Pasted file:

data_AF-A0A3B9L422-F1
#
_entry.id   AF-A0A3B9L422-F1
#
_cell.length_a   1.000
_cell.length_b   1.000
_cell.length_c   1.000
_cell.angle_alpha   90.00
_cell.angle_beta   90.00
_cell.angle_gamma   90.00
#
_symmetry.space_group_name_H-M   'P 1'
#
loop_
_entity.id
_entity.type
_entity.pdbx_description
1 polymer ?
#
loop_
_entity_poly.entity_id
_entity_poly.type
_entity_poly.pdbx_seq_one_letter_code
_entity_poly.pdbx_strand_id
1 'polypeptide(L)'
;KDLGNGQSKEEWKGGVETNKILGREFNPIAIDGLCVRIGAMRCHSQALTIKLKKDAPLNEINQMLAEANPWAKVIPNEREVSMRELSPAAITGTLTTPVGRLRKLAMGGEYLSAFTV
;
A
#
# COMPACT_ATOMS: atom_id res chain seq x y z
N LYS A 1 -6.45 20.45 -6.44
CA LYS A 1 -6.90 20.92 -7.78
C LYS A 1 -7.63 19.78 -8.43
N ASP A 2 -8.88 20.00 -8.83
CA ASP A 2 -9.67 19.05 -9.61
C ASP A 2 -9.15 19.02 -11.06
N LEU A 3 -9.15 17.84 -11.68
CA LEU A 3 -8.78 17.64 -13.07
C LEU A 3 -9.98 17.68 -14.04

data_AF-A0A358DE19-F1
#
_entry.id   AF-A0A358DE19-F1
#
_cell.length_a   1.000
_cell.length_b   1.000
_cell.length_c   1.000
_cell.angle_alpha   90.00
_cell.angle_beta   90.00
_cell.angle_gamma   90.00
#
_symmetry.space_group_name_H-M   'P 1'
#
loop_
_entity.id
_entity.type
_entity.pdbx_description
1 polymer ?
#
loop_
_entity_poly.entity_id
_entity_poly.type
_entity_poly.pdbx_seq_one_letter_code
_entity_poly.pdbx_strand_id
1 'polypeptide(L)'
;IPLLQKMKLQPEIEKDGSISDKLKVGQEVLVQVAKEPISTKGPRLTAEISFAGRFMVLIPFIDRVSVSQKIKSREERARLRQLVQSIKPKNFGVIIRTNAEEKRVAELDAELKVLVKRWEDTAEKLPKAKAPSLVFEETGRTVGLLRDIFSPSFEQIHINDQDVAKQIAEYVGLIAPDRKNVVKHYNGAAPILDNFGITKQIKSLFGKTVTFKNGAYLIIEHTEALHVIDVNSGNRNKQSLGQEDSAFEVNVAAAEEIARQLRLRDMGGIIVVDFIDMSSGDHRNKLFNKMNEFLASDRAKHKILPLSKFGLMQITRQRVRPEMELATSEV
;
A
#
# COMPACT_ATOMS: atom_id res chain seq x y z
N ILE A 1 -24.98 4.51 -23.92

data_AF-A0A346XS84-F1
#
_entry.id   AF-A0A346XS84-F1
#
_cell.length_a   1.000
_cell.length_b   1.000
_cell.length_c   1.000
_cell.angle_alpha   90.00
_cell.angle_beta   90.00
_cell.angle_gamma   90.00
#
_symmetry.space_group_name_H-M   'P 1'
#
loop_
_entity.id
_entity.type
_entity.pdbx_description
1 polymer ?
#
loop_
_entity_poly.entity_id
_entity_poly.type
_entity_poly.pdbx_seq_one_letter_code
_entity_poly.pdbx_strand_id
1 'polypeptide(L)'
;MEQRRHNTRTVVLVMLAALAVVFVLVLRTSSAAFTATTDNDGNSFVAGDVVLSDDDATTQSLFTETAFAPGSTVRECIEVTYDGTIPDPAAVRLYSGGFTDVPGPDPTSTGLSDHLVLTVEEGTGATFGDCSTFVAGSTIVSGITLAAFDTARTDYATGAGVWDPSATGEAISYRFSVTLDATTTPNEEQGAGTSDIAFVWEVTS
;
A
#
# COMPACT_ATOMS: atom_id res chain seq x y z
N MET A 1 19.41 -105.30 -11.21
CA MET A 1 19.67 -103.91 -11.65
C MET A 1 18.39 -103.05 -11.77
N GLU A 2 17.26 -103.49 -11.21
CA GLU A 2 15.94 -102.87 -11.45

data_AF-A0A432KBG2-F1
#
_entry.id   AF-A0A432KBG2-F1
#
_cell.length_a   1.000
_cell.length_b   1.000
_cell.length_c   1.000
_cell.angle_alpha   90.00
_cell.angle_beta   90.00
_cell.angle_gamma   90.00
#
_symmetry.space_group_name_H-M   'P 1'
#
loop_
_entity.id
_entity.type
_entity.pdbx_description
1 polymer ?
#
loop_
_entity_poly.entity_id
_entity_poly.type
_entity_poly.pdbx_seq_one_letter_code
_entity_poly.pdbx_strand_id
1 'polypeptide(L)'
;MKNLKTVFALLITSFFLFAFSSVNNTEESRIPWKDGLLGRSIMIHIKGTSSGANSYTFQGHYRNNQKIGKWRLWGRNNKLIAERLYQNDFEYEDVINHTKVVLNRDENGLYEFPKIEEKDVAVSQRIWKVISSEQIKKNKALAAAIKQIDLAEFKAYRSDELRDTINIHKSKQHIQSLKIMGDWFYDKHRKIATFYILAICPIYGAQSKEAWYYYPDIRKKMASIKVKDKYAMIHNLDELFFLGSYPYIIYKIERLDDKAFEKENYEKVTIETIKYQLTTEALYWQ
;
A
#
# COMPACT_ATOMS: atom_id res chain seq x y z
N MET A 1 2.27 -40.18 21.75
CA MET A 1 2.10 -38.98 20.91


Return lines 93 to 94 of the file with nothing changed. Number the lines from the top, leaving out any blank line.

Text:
_entity_poly.pdbx_seq_one_letter_code
_entity_poly.pdbx_strand_id